While EJBs can be Local, they are really meant to run in a distributed world. As Connection objects cannot be passed from machine to machine, the Connection must be created in the same VM as the EJB, which is why the EJB container usually handles the Pooling.
Depending on how you've implemented your JDBC code, you may have an easy work around. If you've placed all the JDBC code in classes other than the EJB, you can just not use the EJBs. I usually create three sets of classes, one class for the data coming/going to/from the database, one class that holds all SQL and methods for creating the data beans via the SQL (usually only static methods that require a Connection as a parameter) and one set of classes that are the EJBs. The EJB remote/local interfaces usually miror the static SQL methods, without the need for a Connection object. The EJB gets a Connection from the pool and calls the static method in the DataAccessObject, returning the DataBean. If you implement this, you can cut out the EJBs, handle Connection creation yourself (from servlet, thick client) and just use the DAO/DataBeans.
Hope this helps and good luck.
This is an issue where there is no silver bullet. The way to go is dictated by the project, deadline and conditions.
If you inherit a project where all the code is JDBC Queries, the code works and there are no performance problems, then there is really no reason to change. However, if there are performance problems, moving the SQL Code to an SQL Server is a much better option, give the time exist.
There are a few things you can do with the first problem. What I would suggest is to utilize the <context-param> element in the web.xml file.

In the above, you can of course assign the Key and Value Strings to whatever you like. The description is optional, but makes reading the web.xml a bit easier.
What happens is that the server automatically loads these parameters for you and makes them available in the ServletContext for you. Since you are loading a Properties file, this provides the same exact functionality. Simple use the ServletContext.getInitParameter(String key) method. This method takes the value in the <param-name>element as it's arguement and returns the value in the <param-value> element.
Using this method, you have a very easy and standard way for all components of your web app to get to these parameters without having to worry about any sychronization issues.
The second problem can be solved in a number of ways. If you are using Servlets all throughout your app, just get a handle to the ServletContext in the init method. Keep it as a member var so that you will not have to get the ServletContext for each call. Depending on how often you need this, you could also just get the getServletContext() method, which is part of the javax.servlet.GenericServlet class, inherited by every servlet created.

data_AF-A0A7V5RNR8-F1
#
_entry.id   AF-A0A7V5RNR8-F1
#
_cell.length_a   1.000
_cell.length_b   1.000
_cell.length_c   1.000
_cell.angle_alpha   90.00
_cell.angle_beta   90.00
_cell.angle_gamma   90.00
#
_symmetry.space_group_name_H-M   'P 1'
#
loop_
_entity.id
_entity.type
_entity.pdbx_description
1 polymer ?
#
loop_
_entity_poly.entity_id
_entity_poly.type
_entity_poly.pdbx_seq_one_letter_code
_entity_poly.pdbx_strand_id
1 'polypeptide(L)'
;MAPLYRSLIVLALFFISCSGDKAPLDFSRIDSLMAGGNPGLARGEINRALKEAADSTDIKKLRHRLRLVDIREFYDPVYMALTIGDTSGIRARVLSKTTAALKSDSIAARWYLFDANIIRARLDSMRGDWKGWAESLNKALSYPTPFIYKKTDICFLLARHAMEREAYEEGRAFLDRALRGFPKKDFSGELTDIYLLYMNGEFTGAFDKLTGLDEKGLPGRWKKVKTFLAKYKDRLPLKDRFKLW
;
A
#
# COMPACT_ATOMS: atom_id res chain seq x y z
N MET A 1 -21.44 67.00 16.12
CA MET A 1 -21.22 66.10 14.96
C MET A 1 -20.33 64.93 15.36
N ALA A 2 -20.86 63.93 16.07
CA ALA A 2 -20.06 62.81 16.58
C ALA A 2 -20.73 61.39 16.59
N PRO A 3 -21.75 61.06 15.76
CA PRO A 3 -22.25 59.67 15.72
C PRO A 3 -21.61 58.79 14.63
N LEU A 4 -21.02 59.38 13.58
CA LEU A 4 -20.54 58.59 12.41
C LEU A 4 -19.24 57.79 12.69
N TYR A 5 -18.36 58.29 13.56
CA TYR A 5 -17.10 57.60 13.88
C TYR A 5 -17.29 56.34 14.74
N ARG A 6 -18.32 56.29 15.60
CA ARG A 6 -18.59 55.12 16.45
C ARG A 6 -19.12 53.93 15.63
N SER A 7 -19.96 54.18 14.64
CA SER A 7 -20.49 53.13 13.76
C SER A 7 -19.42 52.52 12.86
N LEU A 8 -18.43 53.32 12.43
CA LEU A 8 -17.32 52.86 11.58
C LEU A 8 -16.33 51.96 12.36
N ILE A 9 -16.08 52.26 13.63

Hope this helps.
18 years ago
First, I would suggest NOT putting a file generated by your app in the WEB-INF directory. This directory's purpose is to allow the web app/container access to files needed for configuration while keeping them off limits for incoming web request. Keep in mind, if you deploy a .war file and the container does not unpack the .war, you may get an error when writing to that directory. Remember, the method name is getResourceAsStream. There is not createResourceAsStream type method. I'd suggest setting a Context Parameter as the file location and creating is somewhere on the disk not within the public HTML directory of the server you are using.
A ServletContext object is just an object. Any class you write can take a reference to it in it's constructor or method calls. Simply pass it in as a init parameter to your object or as an arguement in a method call.
18 years ago
It should also work if the FilterMapping is the same as the ServletMapping.
The spec dictates the rules for mapping and are as follows:
1. The container will try to find an exact match of the path of the request to the
path of the servlet. A successful match selects the servlet.
2. The container will recursively try to match the longest path-prefix: This is done
by stepping down the path tree a directory at a time, using the �/� character as
a path separator. The longest match determines the servlet selected.
3. If the last segment in the URL path contains an extension (e.g. .jsp), the serv-let
container will try to match a servlet that handles requests for the extension.
An extension is defined as the part of the last segment after the last �.� char-acter.
4. If neither of the previous three rules result in a servlet match, the container will
attempt to serve content appropriate for the resource requested. If a "default"
servlet is defined for the application, it will be used.

These are directly from the 2.3 spec. Of course, Filters are still new, so there may be issues. Play with the mapping and see what works for the server you are using. I've played with it in Tomcat and had no problems, but I only tried a few specific test.
18 years ago